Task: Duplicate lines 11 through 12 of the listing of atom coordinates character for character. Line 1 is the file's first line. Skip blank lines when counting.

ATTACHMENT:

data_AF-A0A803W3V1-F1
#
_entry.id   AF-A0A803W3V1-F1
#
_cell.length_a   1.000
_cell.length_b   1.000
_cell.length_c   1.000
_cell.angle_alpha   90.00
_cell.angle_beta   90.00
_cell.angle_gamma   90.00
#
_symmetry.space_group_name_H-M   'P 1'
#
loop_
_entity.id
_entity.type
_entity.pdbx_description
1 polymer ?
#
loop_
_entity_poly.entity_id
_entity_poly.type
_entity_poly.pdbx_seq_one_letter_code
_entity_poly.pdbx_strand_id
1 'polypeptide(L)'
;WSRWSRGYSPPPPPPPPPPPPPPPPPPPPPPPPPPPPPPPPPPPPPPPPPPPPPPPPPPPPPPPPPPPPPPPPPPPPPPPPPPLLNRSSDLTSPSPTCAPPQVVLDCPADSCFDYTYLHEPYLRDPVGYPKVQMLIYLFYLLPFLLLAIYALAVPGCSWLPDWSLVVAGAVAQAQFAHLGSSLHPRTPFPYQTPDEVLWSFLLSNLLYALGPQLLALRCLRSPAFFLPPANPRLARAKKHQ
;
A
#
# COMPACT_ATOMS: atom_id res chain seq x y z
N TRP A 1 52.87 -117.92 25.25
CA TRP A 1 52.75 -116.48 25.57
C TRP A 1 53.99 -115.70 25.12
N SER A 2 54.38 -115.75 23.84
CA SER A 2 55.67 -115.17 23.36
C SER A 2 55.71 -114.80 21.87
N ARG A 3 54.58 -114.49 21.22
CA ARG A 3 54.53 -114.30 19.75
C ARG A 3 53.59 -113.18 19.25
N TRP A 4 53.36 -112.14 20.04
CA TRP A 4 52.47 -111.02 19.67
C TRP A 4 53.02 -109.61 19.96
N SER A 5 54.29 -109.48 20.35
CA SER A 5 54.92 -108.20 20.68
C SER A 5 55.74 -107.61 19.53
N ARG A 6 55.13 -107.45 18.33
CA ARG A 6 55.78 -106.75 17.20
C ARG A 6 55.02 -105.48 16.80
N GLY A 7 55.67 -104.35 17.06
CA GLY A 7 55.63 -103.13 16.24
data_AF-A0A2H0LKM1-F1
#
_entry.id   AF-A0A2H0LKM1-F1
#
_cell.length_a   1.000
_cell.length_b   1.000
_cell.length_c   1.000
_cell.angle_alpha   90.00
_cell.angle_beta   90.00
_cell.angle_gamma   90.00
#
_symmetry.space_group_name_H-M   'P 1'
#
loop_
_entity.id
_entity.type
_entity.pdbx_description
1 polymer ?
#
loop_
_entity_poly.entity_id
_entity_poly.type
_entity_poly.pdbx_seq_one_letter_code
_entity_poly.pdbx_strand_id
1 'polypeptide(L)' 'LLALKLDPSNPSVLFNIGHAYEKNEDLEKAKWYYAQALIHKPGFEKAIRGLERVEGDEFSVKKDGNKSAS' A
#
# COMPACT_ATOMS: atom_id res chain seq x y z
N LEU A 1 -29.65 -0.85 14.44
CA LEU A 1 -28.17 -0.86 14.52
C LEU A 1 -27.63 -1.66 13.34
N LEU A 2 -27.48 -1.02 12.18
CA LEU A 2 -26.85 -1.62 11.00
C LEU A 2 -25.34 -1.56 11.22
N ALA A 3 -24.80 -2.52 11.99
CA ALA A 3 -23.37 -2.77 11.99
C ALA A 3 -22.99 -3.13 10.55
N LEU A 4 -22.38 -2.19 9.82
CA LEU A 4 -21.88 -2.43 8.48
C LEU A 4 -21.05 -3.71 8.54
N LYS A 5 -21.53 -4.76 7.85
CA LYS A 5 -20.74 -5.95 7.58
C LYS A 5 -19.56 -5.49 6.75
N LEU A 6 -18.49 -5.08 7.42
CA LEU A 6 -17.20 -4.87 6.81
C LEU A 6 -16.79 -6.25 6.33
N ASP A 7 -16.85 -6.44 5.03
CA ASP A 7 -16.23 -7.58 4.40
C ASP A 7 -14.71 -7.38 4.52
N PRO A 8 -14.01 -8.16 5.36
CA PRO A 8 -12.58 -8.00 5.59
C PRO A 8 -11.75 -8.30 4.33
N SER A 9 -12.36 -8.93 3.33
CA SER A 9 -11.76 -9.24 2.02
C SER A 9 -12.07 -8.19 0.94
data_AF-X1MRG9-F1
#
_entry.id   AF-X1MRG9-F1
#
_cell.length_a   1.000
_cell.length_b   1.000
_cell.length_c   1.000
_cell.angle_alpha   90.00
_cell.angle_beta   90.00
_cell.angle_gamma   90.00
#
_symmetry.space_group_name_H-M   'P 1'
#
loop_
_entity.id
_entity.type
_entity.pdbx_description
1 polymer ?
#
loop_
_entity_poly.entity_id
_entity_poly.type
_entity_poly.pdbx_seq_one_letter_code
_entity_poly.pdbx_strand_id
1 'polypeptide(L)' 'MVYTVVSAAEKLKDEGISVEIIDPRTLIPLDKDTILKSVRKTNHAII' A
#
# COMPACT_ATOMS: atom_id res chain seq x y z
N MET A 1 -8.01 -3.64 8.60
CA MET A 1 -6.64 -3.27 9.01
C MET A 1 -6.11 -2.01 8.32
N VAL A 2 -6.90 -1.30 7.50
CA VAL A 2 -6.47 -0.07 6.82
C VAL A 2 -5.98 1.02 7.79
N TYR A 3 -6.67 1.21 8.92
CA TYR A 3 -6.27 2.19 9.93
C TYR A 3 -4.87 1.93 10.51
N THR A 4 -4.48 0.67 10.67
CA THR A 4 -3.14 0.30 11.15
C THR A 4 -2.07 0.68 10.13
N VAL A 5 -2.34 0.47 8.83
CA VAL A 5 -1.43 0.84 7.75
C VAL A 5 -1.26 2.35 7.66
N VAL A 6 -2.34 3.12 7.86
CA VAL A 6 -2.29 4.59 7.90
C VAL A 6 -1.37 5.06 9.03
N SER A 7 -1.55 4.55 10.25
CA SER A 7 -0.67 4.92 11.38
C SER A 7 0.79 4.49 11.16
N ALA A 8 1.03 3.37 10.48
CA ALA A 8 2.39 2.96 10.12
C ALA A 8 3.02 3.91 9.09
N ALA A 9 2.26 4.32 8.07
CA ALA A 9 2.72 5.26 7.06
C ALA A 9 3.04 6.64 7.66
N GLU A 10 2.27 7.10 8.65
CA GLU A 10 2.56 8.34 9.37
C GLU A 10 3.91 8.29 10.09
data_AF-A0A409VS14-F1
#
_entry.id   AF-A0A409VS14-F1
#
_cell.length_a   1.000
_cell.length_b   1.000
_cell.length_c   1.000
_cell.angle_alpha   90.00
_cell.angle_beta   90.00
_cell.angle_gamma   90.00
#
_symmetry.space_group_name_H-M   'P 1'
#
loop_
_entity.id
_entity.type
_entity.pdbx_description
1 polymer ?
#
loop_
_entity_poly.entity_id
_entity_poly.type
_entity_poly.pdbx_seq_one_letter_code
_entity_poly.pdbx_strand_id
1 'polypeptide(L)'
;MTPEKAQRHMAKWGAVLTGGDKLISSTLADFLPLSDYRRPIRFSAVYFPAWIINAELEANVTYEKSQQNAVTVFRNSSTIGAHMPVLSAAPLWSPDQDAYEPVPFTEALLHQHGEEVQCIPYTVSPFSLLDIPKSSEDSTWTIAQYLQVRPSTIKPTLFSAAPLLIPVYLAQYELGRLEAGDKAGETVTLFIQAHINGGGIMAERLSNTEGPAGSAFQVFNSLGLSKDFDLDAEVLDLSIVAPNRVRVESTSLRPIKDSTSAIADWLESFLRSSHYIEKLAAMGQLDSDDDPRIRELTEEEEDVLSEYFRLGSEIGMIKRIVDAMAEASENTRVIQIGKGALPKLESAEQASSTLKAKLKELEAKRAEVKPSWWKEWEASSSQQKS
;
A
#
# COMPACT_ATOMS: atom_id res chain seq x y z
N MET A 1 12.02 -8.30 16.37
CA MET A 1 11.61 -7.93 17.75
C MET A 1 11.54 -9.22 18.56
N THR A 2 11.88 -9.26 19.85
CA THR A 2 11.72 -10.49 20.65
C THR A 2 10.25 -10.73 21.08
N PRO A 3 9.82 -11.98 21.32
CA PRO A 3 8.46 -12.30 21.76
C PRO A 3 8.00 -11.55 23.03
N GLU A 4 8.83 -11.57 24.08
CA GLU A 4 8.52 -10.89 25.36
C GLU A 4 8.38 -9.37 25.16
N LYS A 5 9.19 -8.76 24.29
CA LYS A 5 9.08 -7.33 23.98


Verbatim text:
#
_symmetry.space_group_name_H-M   'P 1'